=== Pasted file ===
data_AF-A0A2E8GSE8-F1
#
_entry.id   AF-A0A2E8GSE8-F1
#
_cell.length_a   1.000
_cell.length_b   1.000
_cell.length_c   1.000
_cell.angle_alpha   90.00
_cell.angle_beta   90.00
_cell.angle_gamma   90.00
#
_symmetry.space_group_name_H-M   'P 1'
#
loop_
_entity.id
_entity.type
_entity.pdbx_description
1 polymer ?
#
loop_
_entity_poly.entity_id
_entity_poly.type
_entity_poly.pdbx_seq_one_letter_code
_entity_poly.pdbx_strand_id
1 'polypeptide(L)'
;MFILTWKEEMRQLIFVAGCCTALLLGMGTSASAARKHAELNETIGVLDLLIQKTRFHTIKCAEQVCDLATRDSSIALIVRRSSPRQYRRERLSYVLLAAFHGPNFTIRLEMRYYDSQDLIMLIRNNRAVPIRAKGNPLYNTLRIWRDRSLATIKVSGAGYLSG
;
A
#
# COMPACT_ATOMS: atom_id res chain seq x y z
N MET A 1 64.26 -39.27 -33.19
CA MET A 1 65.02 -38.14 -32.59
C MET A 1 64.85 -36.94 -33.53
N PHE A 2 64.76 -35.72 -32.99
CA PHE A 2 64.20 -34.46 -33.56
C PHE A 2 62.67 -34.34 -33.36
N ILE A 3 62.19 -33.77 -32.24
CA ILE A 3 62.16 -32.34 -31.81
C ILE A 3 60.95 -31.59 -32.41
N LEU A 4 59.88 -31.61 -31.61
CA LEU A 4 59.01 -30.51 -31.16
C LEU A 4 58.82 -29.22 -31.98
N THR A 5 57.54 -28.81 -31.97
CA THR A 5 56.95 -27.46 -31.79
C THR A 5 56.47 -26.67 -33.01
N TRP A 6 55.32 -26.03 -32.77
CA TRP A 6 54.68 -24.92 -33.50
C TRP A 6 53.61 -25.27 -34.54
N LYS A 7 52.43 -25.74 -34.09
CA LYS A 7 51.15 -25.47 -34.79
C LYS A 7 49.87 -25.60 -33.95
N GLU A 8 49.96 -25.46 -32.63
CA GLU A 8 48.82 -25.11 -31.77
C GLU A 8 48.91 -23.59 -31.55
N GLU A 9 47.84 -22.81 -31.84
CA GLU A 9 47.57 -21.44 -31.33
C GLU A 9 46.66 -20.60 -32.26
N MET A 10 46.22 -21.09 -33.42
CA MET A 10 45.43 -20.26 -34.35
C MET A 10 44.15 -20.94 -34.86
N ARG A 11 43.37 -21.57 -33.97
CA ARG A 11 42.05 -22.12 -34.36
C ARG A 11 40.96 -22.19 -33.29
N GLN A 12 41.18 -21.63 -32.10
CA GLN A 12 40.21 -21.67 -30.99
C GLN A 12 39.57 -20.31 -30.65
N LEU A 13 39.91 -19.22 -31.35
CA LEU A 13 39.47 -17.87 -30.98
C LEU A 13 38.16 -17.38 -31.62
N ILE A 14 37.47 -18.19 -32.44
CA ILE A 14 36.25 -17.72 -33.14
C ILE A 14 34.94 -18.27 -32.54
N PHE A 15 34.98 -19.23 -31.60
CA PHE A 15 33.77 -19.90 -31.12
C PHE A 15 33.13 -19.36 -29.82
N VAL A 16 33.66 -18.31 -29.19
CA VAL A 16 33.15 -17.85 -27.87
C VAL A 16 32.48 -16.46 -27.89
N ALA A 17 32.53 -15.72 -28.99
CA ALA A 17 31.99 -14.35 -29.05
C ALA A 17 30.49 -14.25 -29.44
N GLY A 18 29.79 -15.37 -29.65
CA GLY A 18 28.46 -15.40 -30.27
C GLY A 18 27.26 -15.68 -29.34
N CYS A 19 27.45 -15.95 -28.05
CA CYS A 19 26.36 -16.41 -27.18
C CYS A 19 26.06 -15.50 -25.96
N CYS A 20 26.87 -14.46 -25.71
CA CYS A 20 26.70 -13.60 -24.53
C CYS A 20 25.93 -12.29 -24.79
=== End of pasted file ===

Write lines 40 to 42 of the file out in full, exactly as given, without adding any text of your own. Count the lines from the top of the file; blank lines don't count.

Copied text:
N LEU A 4 59.88 -31.61 -31.61
CA LEU A 4 59.01 -30.51 -31.16
C LEU A 4 58.82 -29.22 -31.98